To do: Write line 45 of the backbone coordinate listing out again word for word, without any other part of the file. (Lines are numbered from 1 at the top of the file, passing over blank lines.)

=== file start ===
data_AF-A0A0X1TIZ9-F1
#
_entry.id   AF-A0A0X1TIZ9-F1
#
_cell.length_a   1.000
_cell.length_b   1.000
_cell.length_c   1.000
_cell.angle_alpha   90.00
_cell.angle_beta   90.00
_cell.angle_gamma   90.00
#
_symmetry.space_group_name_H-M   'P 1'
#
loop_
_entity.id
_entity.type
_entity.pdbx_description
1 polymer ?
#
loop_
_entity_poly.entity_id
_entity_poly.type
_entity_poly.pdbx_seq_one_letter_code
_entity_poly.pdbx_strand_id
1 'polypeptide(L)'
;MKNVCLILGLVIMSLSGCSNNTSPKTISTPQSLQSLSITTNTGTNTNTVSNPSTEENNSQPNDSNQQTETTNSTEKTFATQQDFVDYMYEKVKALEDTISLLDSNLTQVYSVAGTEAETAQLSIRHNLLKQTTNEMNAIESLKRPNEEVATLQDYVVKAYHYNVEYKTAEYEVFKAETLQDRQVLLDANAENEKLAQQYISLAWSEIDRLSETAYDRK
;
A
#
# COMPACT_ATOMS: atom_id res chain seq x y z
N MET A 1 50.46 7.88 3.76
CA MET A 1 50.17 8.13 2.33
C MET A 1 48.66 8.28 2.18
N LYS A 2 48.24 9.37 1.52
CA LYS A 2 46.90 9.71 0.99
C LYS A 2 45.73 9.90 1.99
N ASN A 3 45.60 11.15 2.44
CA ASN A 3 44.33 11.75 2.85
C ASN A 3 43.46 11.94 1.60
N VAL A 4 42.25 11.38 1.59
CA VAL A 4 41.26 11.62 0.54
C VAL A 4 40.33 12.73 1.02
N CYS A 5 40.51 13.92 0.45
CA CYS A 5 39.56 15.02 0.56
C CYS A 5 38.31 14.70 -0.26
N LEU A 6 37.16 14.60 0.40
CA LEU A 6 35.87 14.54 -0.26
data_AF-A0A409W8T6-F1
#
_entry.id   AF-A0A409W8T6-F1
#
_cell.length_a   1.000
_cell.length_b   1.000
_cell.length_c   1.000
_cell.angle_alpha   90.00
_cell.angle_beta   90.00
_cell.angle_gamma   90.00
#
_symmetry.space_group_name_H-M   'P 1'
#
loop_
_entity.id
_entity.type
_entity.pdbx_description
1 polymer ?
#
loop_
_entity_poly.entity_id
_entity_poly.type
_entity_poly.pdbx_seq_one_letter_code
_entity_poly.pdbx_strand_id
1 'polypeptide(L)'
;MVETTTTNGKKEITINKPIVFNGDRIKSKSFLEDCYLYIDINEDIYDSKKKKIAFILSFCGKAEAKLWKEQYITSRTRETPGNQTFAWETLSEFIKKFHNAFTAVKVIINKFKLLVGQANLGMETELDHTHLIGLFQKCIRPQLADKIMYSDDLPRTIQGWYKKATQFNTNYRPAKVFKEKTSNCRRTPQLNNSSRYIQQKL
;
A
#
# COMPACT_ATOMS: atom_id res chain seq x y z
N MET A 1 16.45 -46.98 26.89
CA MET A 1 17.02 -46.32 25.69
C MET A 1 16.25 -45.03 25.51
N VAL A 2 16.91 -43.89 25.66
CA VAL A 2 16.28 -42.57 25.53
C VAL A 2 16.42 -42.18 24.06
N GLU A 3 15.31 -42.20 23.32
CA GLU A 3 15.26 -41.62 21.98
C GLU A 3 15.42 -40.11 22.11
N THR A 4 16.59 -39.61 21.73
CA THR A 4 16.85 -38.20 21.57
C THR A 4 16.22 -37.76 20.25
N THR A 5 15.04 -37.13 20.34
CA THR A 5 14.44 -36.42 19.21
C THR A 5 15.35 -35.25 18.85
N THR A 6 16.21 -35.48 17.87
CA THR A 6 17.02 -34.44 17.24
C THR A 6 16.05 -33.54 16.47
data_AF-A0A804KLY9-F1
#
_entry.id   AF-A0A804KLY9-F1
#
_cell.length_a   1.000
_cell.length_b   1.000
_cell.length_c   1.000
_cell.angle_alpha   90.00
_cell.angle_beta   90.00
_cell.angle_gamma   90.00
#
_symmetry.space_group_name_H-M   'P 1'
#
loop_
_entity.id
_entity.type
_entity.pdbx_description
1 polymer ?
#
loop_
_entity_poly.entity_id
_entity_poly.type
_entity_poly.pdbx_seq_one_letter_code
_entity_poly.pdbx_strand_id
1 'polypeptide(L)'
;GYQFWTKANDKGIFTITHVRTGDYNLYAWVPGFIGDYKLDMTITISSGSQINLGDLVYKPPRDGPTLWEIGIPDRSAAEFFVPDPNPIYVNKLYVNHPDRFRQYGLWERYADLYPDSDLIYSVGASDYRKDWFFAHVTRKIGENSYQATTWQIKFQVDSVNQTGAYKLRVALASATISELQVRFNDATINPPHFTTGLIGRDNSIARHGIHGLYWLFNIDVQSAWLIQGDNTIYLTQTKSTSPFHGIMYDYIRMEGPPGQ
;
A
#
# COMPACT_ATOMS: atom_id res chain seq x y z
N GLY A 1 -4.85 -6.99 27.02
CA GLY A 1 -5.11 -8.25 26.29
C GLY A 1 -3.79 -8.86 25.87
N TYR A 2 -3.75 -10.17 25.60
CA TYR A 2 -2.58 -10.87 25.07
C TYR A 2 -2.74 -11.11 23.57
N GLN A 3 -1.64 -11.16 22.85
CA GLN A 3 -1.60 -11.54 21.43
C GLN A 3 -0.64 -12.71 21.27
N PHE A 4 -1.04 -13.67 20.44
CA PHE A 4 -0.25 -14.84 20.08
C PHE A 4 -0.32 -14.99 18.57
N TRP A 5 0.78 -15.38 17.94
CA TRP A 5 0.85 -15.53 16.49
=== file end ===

C CYS A 5 38.31 14.70 -0.26